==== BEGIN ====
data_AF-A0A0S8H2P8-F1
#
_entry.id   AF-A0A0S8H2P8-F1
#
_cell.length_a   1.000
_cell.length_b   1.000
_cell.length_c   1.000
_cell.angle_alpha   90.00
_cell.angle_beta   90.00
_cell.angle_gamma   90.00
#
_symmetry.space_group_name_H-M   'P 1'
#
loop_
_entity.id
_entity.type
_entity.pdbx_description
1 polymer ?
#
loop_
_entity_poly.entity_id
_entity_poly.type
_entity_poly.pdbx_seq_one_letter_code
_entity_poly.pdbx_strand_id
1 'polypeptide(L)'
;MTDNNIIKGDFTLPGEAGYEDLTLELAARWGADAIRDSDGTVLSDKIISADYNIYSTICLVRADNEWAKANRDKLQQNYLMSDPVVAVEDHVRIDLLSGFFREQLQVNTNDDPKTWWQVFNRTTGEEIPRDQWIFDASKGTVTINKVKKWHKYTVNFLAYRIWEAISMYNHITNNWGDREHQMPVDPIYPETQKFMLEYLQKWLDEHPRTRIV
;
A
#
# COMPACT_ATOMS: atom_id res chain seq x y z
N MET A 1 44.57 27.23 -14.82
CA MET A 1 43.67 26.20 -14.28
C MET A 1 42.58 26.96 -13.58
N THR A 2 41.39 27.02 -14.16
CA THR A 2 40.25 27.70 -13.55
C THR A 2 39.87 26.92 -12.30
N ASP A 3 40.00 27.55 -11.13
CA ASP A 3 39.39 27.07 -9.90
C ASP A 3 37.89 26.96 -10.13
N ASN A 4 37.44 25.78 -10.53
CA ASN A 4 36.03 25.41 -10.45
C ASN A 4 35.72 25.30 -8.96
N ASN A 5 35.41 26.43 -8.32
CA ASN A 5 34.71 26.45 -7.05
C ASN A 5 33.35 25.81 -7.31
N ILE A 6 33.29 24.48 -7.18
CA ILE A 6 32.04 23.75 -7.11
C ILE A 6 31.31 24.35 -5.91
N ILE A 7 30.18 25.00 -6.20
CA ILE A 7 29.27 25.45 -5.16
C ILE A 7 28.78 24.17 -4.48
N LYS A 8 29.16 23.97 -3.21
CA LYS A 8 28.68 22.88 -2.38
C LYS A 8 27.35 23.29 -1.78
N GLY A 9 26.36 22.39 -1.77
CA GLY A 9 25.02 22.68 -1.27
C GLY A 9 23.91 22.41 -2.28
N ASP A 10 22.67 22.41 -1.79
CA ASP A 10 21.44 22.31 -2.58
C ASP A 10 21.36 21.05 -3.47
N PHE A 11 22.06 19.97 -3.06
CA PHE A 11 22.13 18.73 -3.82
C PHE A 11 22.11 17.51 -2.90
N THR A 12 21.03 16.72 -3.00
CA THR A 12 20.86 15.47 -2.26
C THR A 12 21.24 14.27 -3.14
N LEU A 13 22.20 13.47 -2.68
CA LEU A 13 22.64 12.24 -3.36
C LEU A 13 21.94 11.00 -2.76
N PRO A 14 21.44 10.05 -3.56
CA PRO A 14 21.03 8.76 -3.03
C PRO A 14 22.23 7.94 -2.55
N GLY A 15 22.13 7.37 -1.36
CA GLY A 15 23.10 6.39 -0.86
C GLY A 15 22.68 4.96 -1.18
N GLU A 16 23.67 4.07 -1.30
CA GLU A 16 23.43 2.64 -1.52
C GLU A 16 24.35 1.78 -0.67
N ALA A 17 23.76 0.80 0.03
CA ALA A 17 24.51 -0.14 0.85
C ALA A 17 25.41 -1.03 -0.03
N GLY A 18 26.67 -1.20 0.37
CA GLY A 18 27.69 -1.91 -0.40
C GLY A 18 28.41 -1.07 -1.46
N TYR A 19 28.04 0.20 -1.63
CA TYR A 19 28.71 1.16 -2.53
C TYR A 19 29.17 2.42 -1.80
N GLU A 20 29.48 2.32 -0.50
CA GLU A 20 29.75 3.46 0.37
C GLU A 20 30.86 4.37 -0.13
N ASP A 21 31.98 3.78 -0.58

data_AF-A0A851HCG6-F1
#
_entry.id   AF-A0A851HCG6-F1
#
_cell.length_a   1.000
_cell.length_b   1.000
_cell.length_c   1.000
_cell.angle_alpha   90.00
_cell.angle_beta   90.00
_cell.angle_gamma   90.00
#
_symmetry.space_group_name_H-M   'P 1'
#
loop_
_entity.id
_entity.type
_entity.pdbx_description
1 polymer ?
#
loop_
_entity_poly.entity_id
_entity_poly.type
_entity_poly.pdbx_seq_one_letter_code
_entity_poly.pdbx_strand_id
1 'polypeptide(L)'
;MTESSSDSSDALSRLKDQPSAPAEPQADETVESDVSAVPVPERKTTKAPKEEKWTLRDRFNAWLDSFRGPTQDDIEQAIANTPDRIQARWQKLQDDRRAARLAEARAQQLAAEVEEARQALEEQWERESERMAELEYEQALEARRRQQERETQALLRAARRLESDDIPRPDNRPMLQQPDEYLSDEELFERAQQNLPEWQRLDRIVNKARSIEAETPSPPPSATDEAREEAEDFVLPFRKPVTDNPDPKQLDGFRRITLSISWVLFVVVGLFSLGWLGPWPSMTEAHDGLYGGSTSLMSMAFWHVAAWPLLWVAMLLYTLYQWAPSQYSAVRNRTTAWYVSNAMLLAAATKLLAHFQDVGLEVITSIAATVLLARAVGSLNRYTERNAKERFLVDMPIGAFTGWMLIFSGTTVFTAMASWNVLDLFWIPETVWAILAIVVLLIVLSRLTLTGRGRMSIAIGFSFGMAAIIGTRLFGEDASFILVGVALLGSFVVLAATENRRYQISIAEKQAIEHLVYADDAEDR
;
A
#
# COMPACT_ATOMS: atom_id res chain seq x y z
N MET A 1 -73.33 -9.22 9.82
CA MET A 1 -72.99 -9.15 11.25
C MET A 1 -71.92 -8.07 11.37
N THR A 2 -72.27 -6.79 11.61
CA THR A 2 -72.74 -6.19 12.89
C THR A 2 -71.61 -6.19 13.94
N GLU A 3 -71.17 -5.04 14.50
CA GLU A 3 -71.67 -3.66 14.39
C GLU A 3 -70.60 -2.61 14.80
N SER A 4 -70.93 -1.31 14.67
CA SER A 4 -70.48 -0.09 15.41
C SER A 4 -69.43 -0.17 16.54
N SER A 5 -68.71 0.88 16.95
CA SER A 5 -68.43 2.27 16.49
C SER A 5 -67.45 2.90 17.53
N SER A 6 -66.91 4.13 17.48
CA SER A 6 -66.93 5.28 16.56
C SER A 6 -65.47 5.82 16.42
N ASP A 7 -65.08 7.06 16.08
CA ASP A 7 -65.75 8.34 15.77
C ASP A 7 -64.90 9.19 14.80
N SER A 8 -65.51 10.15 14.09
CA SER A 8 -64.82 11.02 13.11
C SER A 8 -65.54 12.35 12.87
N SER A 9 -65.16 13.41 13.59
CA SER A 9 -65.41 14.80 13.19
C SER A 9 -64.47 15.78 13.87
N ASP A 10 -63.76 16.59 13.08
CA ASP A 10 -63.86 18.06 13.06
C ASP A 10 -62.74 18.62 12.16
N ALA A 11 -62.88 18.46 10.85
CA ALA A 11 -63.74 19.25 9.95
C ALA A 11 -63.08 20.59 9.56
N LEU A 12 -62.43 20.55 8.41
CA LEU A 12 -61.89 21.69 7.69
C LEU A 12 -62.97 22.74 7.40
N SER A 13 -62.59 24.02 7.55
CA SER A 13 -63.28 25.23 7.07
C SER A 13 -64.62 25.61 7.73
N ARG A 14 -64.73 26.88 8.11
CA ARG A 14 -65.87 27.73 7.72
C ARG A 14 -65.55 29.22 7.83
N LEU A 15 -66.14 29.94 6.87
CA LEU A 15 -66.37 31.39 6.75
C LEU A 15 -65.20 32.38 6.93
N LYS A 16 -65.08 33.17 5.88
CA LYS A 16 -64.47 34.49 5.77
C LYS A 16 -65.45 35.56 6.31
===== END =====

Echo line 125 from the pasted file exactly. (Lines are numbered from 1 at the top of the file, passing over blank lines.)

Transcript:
N THR A 2 -72.27 -6.79 11.61